Our Research Mission
Cells in living organisms are surrounded by physical cues, such as mechanical forces, material properties and electrical cues. These cues vary depending on their location in the body, so that different cells experience a variety of types, magnitudes, and dynamics of mechanical input. The ability of cells to take reliable decisions about cell behavior based on local physical cues is a key component of equilibrium in living organisms. However, the origin of specialized mechanosignaling in cells is not well understood. How do stem cells and other progenitor cells determine how to respond to physical cues in site-appropriate ways? When is specialized mechanosignaling necessary for successful embryonic development and organism homeostasis?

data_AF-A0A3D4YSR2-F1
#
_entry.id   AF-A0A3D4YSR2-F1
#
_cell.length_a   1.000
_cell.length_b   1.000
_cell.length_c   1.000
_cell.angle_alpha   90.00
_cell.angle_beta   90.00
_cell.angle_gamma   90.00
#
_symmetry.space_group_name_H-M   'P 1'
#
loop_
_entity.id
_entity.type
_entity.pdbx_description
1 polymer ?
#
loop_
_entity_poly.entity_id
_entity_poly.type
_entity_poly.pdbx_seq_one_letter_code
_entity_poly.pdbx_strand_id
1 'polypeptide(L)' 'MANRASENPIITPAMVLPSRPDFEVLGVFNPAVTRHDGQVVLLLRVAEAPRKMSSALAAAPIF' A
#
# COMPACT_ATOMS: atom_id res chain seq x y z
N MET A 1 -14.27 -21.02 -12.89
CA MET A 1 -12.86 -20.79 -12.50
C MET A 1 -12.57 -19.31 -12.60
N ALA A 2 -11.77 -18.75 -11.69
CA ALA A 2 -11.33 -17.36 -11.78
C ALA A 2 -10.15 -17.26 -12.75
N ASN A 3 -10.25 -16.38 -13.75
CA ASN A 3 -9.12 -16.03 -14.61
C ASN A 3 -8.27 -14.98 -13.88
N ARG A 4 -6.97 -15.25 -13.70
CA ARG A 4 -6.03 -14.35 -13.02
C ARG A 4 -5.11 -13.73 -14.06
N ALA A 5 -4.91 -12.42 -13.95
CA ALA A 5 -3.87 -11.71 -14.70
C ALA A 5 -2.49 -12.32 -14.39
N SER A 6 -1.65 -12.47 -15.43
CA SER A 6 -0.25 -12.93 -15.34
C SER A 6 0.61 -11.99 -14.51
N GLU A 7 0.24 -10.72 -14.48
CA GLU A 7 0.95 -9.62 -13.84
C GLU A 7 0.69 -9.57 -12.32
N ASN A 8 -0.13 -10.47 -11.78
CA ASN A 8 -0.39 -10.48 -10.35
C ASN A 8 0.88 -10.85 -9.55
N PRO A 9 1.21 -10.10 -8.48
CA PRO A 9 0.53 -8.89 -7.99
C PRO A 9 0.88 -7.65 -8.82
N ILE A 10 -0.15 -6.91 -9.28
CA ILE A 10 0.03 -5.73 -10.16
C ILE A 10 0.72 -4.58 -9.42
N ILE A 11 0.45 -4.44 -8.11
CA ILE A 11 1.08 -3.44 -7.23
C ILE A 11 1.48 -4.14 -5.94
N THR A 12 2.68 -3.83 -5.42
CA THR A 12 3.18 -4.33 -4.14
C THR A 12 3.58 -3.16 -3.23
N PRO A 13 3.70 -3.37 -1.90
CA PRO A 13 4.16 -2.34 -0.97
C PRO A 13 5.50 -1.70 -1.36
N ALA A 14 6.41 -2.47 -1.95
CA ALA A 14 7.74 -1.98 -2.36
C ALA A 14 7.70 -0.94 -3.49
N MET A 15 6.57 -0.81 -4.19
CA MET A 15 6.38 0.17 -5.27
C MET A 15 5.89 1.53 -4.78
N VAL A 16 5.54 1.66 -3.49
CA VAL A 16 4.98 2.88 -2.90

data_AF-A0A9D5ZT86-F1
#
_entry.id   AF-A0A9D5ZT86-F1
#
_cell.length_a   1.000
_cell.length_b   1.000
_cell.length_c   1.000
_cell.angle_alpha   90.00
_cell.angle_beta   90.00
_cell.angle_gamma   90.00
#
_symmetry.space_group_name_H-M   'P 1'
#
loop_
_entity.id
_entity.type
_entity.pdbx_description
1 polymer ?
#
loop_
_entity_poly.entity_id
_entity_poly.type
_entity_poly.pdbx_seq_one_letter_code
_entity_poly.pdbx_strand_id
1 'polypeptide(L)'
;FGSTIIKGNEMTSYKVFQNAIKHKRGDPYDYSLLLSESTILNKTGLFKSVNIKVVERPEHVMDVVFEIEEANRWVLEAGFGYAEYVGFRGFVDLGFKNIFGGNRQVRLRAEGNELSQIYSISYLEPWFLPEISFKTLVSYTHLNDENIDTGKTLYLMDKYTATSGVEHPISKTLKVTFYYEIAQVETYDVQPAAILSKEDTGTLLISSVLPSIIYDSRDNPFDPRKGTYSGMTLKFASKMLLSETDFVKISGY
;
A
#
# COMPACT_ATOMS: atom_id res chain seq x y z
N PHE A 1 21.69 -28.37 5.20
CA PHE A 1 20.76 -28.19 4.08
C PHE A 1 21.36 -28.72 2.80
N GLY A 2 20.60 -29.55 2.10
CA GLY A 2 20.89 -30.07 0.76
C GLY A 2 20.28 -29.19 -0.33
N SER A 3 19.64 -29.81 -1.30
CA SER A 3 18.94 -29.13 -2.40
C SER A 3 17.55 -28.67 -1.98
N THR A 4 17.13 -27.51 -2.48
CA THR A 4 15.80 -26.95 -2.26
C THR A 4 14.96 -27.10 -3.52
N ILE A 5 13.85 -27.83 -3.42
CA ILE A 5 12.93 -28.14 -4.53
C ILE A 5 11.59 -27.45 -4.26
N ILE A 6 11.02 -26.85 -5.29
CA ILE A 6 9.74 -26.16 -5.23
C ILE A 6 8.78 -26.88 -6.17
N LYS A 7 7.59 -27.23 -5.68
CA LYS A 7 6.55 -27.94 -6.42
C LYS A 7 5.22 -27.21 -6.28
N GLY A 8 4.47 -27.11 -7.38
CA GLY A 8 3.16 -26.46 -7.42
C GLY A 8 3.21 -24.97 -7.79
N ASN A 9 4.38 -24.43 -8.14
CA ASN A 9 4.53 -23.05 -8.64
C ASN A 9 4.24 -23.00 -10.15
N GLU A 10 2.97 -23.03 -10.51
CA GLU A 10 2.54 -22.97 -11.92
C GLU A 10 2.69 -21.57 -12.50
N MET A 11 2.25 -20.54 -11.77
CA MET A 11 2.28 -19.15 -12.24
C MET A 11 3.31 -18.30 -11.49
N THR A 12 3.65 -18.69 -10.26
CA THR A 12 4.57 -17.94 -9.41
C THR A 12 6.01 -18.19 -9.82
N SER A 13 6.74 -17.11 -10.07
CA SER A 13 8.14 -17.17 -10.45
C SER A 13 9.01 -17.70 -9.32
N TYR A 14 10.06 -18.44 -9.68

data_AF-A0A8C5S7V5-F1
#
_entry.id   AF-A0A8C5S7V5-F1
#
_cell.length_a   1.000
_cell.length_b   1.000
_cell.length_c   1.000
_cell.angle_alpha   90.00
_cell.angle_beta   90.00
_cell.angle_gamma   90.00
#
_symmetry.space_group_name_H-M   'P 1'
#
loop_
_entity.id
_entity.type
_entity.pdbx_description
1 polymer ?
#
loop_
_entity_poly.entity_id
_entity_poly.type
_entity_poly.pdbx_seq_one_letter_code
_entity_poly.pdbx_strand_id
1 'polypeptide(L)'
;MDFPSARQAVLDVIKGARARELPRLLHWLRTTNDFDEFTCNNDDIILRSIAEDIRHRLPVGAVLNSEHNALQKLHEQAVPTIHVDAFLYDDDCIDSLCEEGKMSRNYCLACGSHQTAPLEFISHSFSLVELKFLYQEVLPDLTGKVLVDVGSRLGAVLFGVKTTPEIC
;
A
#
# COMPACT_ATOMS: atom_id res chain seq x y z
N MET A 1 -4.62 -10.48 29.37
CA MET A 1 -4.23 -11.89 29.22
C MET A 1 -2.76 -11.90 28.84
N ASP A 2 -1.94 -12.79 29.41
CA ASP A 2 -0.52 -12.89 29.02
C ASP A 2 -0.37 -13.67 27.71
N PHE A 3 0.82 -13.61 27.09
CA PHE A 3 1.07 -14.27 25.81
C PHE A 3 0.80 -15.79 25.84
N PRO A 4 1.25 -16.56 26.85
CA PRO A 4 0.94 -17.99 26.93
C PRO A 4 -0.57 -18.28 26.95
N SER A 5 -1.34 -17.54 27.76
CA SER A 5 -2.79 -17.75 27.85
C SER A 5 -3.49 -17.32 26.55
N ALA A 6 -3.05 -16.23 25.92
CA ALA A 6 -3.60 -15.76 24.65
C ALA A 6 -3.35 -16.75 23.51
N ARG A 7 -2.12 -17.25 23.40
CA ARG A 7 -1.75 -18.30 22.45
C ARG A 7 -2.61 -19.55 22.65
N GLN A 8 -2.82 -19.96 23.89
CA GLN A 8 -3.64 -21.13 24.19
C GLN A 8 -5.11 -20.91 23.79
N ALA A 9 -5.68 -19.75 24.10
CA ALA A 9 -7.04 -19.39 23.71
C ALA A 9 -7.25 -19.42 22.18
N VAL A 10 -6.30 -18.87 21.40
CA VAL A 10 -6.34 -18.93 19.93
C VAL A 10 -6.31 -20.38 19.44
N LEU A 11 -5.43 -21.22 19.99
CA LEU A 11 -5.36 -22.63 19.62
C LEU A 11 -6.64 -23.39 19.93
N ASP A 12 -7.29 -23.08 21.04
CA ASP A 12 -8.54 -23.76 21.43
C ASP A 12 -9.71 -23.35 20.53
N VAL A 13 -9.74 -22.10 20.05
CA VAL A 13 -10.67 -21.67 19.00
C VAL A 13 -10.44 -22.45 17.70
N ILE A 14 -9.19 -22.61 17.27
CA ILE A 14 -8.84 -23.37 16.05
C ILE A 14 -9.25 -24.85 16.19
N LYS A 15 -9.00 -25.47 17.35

Our group studies how stem cells learn to respond to mechanical forces and electrical cues during the development and maintenance of the nervous and cardiovascular organ systems. We use approaches from biology, engineering, and computer science to study the molecular circuits that enable specialized mechanosignaling. We seek quantitative insights to help design cell and regenerative medicine therapies for neural and vascular applications.